In the West, there are protests too, albeit over economic disparity. Even after the US government bailed out large US corporations with public money, the economy did not seem to improve. Main street people continues to question Wall street corporate bigwigs. This produces the 99% movement (Occupy movement) where protesters claim to represent the 99% of common folks over the rich guys (1%). Rightly or wrongly, the logic is simple: Corporate greed of the 1% is the cause of the economic problems affecting the 99%. It is no surprise then that Time Magazine this year declares 'The Protester' as the person of the year.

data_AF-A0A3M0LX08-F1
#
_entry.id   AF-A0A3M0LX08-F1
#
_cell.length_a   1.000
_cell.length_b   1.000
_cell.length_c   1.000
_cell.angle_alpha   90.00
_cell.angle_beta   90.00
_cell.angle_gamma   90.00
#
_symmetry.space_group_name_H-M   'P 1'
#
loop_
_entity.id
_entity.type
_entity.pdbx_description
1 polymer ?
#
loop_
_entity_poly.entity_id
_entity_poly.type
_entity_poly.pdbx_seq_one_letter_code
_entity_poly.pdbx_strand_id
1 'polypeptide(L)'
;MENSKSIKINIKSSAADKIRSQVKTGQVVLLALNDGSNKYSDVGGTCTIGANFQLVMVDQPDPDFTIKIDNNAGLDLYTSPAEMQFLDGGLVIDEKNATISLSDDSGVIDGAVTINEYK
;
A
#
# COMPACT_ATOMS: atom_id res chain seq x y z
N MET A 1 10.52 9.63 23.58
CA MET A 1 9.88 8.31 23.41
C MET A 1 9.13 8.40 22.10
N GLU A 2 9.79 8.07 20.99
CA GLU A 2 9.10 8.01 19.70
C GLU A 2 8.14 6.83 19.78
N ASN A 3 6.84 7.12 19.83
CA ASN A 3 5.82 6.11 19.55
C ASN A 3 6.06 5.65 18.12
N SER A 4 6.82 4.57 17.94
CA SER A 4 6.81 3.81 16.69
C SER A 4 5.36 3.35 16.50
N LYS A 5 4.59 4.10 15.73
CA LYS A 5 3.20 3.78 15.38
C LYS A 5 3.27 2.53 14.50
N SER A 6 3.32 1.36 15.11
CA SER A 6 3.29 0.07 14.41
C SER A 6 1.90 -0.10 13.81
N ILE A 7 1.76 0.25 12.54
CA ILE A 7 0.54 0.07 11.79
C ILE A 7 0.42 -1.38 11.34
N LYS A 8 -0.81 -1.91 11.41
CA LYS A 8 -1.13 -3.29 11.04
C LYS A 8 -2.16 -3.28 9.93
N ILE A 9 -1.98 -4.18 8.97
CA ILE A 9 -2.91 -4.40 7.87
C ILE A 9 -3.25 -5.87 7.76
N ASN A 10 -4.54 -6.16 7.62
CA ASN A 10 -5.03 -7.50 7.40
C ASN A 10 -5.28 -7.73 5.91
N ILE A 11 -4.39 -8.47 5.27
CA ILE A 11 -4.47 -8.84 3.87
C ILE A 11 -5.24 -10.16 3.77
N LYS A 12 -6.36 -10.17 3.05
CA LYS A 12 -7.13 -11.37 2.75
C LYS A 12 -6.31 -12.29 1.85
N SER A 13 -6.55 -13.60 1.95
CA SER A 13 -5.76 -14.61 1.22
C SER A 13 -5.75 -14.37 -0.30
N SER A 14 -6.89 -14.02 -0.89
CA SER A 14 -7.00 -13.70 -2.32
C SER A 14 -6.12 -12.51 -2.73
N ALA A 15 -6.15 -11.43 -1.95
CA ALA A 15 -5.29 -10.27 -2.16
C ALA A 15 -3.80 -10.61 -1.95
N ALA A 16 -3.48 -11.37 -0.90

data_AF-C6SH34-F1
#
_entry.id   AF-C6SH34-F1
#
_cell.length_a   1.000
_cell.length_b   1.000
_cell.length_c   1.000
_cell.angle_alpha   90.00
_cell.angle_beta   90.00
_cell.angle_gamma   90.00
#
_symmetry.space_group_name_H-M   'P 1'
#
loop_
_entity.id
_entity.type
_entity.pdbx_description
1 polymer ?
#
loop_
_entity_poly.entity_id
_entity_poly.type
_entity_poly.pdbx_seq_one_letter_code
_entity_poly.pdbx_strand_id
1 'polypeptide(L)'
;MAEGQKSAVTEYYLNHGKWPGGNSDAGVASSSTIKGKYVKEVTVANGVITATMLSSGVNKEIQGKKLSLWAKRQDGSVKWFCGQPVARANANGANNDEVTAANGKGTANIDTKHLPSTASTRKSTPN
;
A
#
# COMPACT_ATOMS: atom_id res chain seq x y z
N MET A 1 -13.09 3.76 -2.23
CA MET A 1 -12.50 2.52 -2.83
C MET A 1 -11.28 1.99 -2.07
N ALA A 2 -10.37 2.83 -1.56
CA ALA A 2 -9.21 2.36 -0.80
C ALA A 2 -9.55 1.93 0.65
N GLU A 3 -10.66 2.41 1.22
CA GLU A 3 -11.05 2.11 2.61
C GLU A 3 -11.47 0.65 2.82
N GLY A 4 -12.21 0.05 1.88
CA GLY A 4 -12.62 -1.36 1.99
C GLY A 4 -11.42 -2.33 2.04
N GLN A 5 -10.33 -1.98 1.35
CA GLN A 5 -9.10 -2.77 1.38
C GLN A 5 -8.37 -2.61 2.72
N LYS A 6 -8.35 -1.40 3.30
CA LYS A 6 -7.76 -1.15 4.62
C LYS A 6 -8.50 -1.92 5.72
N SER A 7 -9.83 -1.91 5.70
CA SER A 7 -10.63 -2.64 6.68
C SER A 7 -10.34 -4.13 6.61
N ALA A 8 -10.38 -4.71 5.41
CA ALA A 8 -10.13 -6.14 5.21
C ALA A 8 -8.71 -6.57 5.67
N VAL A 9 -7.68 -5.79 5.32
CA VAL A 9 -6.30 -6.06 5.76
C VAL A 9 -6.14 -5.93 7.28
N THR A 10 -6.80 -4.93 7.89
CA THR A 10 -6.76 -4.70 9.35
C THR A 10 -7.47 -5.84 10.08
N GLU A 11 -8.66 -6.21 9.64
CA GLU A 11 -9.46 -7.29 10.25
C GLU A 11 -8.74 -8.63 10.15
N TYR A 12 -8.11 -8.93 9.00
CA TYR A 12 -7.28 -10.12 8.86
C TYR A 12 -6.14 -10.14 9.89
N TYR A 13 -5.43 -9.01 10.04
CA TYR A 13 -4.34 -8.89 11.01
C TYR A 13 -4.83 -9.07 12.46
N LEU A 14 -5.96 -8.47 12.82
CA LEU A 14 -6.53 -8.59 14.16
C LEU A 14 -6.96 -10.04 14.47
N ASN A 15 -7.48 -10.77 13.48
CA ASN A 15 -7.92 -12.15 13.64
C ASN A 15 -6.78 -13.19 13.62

C) Ending the Year with a Moan?

Psalm 90 has been attributed to Moses. Called the 'man of God,' Moses declares that all of life has been held together because of God's mercy and grace. The generations of Israel have been kept in existence because God has been their dwelling place. The creation of the world has been sustained because God is at work. Time is limited but God is not (Ps 90:4). There is the image of powerful men and women of the day become nothing by the night (Ps 90:5). Due to sin, and the continued rebellion of Israel, God has allowed justice and judgment to follow suit. Without God's mercy, man would have ended their years with a moan. The trouble with the world is this. Man's continued rebellion and disobedience will lead to man ending their years with a moan.